HealthNews

NGO steps in to stop ‘outrageous’ population increment in Nzema East

File: Women and their babies                                                                                          Credit UNFPA Ghana

Residents within the Nzema East Municipality of the Western Region are being denied access to healthcare due to inaccessible road network to health facilities in the area.

Worsening road network within the municipality over the years is said to be causing outrageous increase in population in the area as women in their reproductive ages lack information on family planning, according to Hɛn Mpoano, a nongovernmental organisation.

The said population increment, the NGO said, is not proportional to the area’s natural resources, a situation it described as worrying.

On the back of this, it has launched a health and environmental project in the municipality dubbed “Integrating Health and Family Planning into Greater Amanzule Wetland Landscape Conservation and Small Scale Fisheries Management in the Western Region of Ghana”.

Funded by the USAID, the project seeks to build capacity at the district level for population, health and environment (PHE) professionals.

It also aims at integrating, establishing and strengthening community-based distribution systems for contraceptives and fosters institutional collaboration across sectors to build support for future PHE initiatives.

The 10-month project targets 10 communities in the Greater Amanzule Wetland landscape, covering Sanwoma, Eziom, Ajomoro Eshiem, Kukuavile, Adelekazo, Alloakpoke, Ebonlowa, Old Kablesuazo, Metika and Efaso.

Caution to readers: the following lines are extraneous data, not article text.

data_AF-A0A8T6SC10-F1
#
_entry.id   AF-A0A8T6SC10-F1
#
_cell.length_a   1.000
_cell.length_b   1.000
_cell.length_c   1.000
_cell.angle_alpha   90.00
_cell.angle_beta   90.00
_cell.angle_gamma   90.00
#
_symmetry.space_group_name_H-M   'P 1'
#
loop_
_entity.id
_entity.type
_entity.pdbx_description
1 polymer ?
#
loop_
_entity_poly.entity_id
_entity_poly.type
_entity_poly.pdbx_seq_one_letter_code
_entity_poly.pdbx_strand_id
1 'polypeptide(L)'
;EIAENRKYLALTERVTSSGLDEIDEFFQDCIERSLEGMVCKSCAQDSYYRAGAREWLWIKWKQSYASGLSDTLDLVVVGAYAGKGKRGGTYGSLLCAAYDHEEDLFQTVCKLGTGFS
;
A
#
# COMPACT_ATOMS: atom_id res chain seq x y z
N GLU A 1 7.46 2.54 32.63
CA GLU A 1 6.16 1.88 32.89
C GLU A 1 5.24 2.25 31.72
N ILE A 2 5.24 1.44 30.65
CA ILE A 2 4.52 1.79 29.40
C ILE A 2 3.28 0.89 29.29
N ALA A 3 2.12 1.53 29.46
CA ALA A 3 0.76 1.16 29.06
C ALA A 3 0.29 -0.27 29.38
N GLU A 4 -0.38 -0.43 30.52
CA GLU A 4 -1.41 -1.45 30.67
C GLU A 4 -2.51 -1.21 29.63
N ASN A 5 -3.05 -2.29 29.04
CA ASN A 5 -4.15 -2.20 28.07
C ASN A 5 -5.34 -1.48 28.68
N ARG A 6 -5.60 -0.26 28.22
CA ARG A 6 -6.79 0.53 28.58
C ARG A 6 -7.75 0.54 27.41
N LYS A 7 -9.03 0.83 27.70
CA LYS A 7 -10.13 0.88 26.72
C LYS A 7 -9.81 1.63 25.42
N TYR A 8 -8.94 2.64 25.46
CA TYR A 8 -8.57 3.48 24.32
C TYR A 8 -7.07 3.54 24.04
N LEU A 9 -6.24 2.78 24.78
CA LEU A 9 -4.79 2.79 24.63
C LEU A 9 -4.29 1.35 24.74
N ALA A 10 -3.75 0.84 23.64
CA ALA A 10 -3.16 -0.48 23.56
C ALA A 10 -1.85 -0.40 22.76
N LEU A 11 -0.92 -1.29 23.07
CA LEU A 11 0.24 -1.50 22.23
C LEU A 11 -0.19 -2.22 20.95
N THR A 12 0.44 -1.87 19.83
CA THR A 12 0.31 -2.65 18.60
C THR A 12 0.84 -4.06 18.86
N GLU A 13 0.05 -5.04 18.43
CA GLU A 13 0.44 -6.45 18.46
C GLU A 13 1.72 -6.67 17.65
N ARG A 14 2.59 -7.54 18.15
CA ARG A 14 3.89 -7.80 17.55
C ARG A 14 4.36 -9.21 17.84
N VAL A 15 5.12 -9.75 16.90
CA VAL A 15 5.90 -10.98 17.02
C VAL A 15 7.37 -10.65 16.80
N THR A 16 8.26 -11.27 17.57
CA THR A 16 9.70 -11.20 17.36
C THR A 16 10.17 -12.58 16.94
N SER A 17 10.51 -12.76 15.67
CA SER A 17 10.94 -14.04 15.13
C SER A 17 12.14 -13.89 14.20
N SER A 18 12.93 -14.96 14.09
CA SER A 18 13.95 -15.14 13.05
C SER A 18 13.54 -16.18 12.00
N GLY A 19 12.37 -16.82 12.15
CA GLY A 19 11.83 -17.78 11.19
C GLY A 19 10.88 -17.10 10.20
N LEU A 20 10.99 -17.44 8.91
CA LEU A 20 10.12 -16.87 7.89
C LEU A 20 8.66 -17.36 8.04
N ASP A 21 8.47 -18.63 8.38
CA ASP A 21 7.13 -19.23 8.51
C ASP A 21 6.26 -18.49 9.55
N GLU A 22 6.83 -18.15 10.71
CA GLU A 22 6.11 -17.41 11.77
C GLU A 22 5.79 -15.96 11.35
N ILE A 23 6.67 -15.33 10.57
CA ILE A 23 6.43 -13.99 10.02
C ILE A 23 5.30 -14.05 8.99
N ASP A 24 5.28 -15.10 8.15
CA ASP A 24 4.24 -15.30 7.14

The project is built on the Coastal Sustainable Landscapes Project (CSLP) and the Sustainable Fisheries Management Project (SFMP) which aims at building capacity for improving landscape resilience with focus on sustainable management of estuarine fisheries, conservation of mangrove ecosystems and other coastal biodiversity.

Both CSLP and SFMP are empowering community inhabitants leading to a positive attitude towards savings, improved management of fisheries habitats and mangrove ecosystems.

Speaking at the launch, project manager for Hɛn Mpoano, Stephen Kankam, said the project will cater for an estimated 150,000 residents who depend directly on natural resources associated with the Greater Amanzule Wetland as source of livelihood and food security.

He said other beneficiaries include identifiable state and private institutions operating in the area.

Municipal chief executive for Nzema East, Frank Okpenyen said the assembly has taken steps towards addressing “the impact of mounting human pressures and unsustainable extraction patterns of the rich natural resources and unique biodiversity found in the lower Ankobra river basin”.

He admitted the PHE project has “lowered the barrier to healthcare delivery in the communities of the lower Ankobra basin catchment by providing a boat to facilitate access of district health workers to the isolated communities”

These initiatives, he said, is in line with government’s efforts to improving healthcare delivery for the people.

Meanwhile, Hɛn Mpoano, has provided a boat for health workers to reach isolated communities in the Nzema East Municipality.

By Loveridge A. Okyere & Benjamin W. Peters|3news.com|Ghana

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